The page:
- Clinical science
Soft tissue lesions of the shoulder are usually caused by the narrowing of the subacromial or subcoracoid space and subsequent entrapment of soft tissues. These structural changes in the shoulder joint are often the result of overuse (e.g., engaging in overhead activities) and degenerative or inflammatory processes. The main symptom of soft tissue involvement is shoulder pain related to movement, which is often caused by pinching or “impingement” of soft tissues, most commonly of the supraspinatus tendon, during a 60–120° abduction of the arm. Further symptoms include nocturnal pain, pain on palpation, and stiffness of the joint. Chronic entrapment of the tendons can lead to tendinitis, which increases the risk of tendon rupture, especially of the rotator cuff tendons. Soft tissue injuries of the shoulder are usually diagnosed clinically. Additional imaging tests (X-ray, MRI) can be used to determine the extent of damage/involvement. Management involves avoiding overhead activities, NSAIDs, and physical therapy. Intra-articular corticosteroid injections and surgical measures may be required in refractory cases.
- Overuse: activities involving repetitive overhead activity (e.g., basketball, volleyball)
- Degenerative processes (especially in the elderly)
- Systemic diseases (e.g., diabetes mellitus )
- Iatrogenic: surgical interventions, with or without introduction of foreign bodies into the subacromial space (e.g., surgical implants)
- Seen especially in people with concomitant alterations of anatomical structures , most commonly of the
- Definition: clinical syndrome caused by compression of tissues around the glenohumeral joint (e.g., rotator cuff tendons, subacromial bursa) when the shoulder is elevated. It is a spectrum of clinical findings, and can eventually result in complete .
- Pain on movement which is worsened by overhead activities.
- Nocturnal exacerbation of pain, especially when lying on the affected shoulder
- Movement restriction depending on the muscle involved
- Most common symptoms are due to supraspinatus injury or subacromial bursitis
- Can progress to and
- Definition: subacromial bursitis with peritendinitis of the rotator cuff; usually seen as a progression of subacromial impingement syndrome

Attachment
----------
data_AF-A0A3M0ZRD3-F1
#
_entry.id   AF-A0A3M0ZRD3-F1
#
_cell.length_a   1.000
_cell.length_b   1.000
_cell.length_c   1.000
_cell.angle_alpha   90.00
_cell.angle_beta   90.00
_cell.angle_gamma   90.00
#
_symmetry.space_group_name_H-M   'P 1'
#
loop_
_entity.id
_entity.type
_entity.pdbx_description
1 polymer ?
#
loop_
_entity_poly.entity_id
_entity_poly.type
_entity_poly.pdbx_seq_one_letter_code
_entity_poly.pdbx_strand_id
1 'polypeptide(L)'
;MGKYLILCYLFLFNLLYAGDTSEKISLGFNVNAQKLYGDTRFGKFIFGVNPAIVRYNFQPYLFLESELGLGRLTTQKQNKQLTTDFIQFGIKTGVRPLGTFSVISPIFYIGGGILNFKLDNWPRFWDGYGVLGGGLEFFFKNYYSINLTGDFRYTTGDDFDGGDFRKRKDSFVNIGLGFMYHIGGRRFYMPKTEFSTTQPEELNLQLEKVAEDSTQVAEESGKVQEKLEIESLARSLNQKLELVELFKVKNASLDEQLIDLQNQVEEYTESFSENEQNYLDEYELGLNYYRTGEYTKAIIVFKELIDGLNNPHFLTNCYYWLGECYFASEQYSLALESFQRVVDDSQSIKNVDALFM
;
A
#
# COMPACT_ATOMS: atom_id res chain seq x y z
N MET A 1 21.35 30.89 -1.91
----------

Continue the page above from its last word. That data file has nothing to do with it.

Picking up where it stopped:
- Clinical features
- Complication: rotator cuff tear (see below)
- Definition: inflammation and fibrosis of the joint capsule leading to contracture of the joint
- Severe restriction and limitation of both active and passive range of movement of the glenohumeral joint in all planes (especially external rotation)
- Dull shoulder pain
- Presents with the three stages
- Stage 1: “Freezing or painful stage” → minimal synovitis with pain, causing a limitation of motion
- Stage 2: “Frozen or transitional stage” → pain decreases but proliferative synovitis with contraction of the capsule and adhesion of the axillary recess continues
- Stage 3: “Thawing stage” → inflammation decreases, movement slowly improves
- Self-limiting; course; however, improvement may take more than a year
- Definition: calcium deposits; of unknown etiology; mostly in the area of insertion of the supraspinatus muscle tendon
- Often no or mild pain, intermittent flares possible
- Limited ROM if large calcium deposits occur
- Diagnosis: evidence of calcium deposits on x-rays
- Pre-calcific stage
- Calcific stage
- Post-calcific stage with dissolution of the calcium deposits (complete healing in 70% of the patients)
- Complication: calcific bursitis resulting in pain and stiffness of the shoulder; radiologic evidence of calcium deposits in the subacromial bursa
- Definition: inflammation of the proximal long head of the biceps tendon at its insertion on the glenoid
- Anterior shoulder pain; that becomes worse with lifting
- Tenderness along the anterior humerus
- Complications: biceps tendon tear or rupture
- Associated conditions: rotator cuff tears
This section provides a brief overview of possible clinical findings. For detailed explanations of the clinical tests, see .
- Pain and limited movement
- Signs of narrowed subacromial space and of impingement
- Signs of muscular involvement: See .
- Subacromial lidocaine injection test: originally described by Neer as part of the . The test may be helpful in distinguishing between (including subacromial bursitis, rotator cuff tendinitis) and other causes of shoulder pain and restriction (e.g., complete , , glenohumeral joint arthritis). It is not very specific, as it can improve pain in a variety of conditions, but it does improve the specificity of the .
- X-ray to evaluate for:
- Ultrasound and MRI: to evaluate the soft tissue structures (bursa, rotator cuff, and tendons)
- Conservative treatment
- Surgical treatment
Glucocorticoid injections should be administered with caution since they can lead to tendon degeneration!
- Chronic degenerative tear seen in older adults (> 50 years)
- Acute injury seen mostly in athletes
- Inflammatory: complication of rotator cuff syndrome
- Clinical features
- Clinical examination (see “Diagnostics” above)
- X-ray: superior displacement of the humeral head (high-riding humeral head)
- Ultrasound and MRI to evaluate the extent and location of the rupture
- Treatment of degenerative rupture; , especially in elderly, inactive patients, can be conservative (see “Conservative treatment” above).
- Surgical repair of the rotator cuff; is recommended in cases of traumatic rupture; , especially in physically active patients , or treatment-refractory cases.
We list the most important complications. The selection is not exhaustive.